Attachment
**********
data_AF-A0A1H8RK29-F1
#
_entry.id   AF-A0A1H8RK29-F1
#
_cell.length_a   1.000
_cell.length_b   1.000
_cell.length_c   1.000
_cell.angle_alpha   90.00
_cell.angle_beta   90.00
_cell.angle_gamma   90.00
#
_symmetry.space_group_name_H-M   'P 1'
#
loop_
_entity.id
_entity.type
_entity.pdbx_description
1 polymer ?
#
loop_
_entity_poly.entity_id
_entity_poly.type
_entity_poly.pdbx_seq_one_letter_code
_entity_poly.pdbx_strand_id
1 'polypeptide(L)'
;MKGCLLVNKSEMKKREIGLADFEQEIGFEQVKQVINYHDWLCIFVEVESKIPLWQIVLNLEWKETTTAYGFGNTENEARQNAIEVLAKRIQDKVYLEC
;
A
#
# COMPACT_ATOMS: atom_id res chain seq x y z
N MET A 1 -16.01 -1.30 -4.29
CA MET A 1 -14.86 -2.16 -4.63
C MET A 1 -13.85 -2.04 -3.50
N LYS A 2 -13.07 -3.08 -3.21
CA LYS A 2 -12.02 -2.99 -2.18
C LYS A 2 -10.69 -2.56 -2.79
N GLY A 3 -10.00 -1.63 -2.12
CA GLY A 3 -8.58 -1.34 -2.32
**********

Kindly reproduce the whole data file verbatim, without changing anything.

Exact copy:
data_AF-A0A1H8RK29-F1
#
_entry.id   AF-A0A1H8RK29-F1
#
_cell.length_a   1.000
_cell.length_b   1.000
_cell.length_c   1.000
_cell.angle_alpha   90.00
_cell.angle_beta   90.00
_cell.angle_gamma   90.00
#
_symmetry.space_group_name_H-M   'P 1'
#
loop_
_entity.id
_entity.type
_entity.pdbx_description
1 polymer ?
#
loop_
_entity_poly.entity_id
_entity_poly.type
_entity_poly.pdbx_seq_one_letter_code
_entity_poly.pdbx_strand_id
1 'polypeptide(L)'
;MKGCLLVNKSEMKKREIGLADFEQEIGFEQVKQVINYHDWLCIFVEVESKIPLWQIVLNLEWKETTTAYGFGNTENEARQNAIEVLAKRIQDKVYLEC
;
A
#
# COMPACT_ATOMS: atom_id res chain seq x y z
N MET A 1 -16.01 -1.30 -4.29
CA MET A 1 -14.86 -2.16 -4.63
C MET A 1 -13.85 -2.04 -3.50
N LYS A 2 -13.07 -3.08 -3.21
CA LYS A 2 -12.02 -2.99 -2.18
C LYS A 2 -10.69 -2.56 -2.79
N GLY A 3 -10.00 -1.63 -2.12
CA GLY A 3 -8.58 -1.34 -2.32